Thursday, January 19, 2012

Horse Power

You'll excuse me if I get on my high horse, once again, over the lack of satisfactory cavalry rules in Dungeons and Dragons.

Gary Gygax's original Chainmail rules recognized the advantages of fighting from horseback. In those original 1971 Chainmail rules, mounted warriors were three or more times as effective in combat than their foot-bound brethren.

But in DnD's transition away from Chainmail's mass combat rules, and towards the alternate d20 combat system, the importance of mounted combat diminished.

This is true of every version of DnD I own, and while I don't own a copy of the 4E rules, i'm willing to bet that mounts provide little or no combat advantage in the most recent version.

Mounted combat is a problem for DnD, of course. Certainly in the early years, much of Dungeons and Dragons was focused on underworld adventures, an uncomfortable milieu for one's horse. And there were significant dangers in leaving your favorite warhorse tethered outside the dungeon entrance, not the least of which was returning to find nothing but bones.

Apart from capricious DMs and their propensity for mount-related mischief, treatment of horses, as separate from a rider, with its own hit points, meant that horses became less useful as the character levelled up. While the character increased in hit points, his favorite mount did not. Therefore, as a hit-point sink, the horse diminished in value over time.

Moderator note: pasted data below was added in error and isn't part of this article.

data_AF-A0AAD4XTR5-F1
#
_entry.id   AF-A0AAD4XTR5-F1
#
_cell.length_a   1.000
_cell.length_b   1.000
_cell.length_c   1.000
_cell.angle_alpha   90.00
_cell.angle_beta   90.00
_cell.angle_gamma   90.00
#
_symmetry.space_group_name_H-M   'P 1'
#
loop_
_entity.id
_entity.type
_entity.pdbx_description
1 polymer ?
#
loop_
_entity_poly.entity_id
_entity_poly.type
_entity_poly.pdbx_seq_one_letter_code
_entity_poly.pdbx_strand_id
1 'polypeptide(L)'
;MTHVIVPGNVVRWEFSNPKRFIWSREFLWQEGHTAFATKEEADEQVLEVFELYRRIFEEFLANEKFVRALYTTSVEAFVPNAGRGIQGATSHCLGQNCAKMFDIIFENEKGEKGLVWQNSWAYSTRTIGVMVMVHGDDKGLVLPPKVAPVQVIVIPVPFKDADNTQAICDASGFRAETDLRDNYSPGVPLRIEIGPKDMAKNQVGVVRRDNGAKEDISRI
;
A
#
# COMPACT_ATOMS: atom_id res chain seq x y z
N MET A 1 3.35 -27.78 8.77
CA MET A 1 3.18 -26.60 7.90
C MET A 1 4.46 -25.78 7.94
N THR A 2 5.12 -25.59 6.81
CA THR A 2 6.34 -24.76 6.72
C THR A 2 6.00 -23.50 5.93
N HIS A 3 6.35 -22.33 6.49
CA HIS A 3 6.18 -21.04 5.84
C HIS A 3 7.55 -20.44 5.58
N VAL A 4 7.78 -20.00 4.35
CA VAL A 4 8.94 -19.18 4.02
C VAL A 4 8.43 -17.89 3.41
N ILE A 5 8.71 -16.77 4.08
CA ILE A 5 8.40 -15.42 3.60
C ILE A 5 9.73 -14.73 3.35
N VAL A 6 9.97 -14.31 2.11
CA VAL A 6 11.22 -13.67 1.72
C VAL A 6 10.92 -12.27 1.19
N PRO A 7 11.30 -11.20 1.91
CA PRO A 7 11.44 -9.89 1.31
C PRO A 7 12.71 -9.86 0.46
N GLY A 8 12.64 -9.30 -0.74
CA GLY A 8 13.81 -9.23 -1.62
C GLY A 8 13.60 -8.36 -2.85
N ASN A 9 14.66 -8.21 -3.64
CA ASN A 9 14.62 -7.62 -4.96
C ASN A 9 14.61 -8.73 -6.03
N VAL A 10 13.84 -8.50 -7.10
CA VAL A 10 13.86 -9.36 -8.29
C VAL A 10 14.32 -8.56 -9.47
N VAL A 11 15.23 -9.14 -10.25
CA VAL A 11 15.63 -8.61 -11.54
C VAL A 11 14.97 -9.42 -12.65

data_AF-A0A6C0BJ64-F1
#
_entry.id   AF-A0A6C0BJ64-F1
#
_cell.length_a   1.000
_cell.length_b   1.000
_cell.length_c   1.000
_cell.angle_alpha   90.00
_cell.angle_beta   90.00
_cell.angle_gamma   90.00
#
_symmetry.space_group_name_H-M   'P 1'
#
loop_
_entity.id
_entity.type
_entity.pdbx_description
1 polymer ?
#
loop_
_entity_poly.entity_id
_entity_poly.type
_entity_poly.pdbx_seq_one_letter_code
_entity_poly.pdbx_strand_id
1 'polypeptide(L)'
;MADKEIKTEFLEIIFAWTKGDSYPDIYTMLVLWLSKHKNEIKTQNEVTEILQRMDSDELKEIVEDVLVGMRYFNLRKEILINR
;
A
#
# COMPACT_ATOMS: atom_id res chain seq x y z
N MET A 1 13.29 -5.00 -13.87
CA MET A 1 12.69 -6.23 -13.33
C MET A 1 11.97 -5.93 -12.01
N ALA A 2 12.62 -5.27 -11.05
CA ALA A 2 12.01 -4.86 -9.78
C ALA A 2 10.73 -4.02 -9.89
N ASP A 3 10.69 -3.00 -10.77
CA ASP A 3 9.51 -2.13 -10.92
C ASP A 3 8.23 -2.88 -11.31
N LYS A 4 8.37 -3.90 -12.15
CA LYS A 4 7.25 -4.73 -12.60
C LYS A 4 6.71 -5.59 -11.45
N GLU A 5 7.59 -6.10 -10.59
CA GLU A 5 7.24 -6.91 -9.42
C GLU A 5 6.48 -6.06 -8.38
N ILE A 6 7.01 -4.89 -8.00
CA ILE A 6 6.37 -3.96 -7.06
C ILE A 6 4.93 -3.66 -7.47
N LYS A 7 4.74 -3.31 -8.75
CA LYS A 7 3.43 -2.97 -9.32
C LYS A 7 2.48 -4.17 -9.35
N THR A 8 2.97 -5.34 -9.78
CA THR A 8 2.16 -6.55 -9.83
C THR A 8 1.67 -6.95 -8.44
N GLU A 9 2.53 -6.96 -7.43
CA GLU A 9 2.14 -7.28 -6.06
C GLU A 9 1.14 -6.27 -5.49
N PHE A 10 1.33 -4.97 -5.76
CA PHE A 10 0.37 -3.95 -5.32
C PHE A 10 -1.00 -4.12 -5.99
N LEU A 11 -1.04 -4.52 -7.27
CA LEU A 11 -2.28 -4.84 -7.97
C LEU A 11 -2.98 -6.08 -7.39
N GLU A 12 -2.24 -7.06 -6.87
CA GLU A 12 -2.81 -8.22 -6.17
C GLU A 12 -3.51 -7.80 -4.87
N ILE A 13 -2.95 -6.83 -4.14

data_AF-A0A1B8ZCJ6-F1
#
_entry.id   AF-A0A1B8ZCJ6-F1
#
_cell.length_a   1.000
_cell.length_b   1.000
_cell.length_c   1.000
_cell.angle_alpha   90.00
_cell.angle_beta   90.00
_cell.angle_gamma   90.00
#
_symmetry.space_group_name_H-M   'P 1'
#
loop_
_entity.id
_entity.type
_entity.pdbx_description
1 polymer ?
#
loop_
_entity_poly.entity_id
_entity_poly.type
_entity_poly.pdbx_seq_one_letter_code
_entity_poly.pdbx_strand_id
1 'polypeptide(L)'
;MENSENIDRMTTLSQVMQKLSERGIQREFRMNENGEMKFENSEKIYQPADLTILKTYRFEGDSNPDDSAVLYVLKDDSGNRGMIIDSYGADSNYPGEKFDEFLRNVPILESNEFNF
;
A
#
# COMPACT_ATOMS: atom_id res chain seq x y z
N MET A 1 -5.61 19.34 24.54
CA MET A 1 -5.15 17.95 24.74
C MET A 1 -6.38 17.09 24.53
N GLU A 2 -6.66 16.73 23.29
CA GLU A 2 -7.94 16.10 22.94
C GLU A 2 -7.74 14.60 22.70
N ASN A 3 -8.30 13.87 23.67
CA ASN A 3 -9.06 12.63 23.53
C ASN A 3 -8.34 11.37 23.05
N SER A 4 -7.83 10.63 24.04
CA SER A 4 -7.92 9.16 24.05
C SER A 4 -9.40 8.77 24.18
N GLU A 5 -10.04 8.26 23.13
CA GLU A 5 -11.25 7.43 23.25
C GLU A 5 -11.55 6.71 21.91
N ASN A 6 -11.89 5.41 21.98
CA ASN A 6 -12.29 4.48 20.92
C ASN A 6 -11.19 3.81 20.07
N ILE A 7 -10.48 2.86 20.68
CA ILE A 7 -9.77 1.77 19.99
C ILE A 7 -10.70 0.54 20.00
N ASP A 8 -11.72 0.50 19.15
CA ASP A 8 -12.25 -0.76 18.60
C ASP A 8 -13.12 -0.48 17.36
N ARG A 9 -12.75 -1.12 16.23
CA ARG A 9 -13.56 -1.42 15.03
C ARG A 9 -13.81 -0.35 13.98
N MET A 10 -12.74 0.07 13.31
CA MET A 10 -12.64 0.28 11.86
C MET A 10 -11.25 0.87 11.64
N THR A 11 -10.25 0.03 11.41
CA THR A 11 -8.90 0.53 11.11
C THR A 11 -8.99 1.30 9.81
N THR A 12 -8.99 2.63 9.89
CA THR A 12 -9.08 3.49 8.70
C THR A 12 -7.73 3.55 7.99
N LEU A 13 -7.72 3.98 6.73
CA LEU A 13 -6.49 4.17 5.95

Games like Lord Of The Rings: Strategy Battle Game restore the combat advantages of fighting from horseback. Other games, like Avalon Hill's Magic Realm, don't go quite so far, but do provide some not inconsiderable advantages to owning a mount.

Magic Realm includes three categories of mounts: ponies (pictured at the top of this post), workhorses (above) and warhorses (bottom).

The pony doubles a character's movement in Magic Realm. For every move action that a character performs, she gets a free move action, by virtue of riding the pony. Ponies allow Magic Realm characters to travel quickly across the map, permitting them to visit the natives and find monsters and treasures. However, ponies are vulnerable in combat, killed with medium damage.

Workhorses are less vulnerable, being killed by heavy damage. For example, workhorses are invulnerable during encounters with giant bats, who can inflict only medium damage. Thus, a common opening day in the Magic Realm sees all of the characters gang up on, and eliminate, the Rogues, who possess a stable-full of workhorses that can be raided once the Rogues are dispatched. In addition to providing protection against giant bats, workhorses provide an extra move phase every day.

Warhorses are kept by the Order of Knights, residing at the Chapel. Warhorses give no movement advantage, but are tremendous and armored, making them very difficult to eliminate. Warhorses make characters well-nigh unkillable.


anarchist said...

In real life, would infantry be able to attack someone on a horse directly, or would they attack the horse (assuming both combatants are human-sized)?

Black Vulmea said...

If one uses the weapons versus armor type rules in the 1e AD&D PHB as well as the charging rules, then the lance, and the warhorse, make sense again.

Of course, then so do polearms.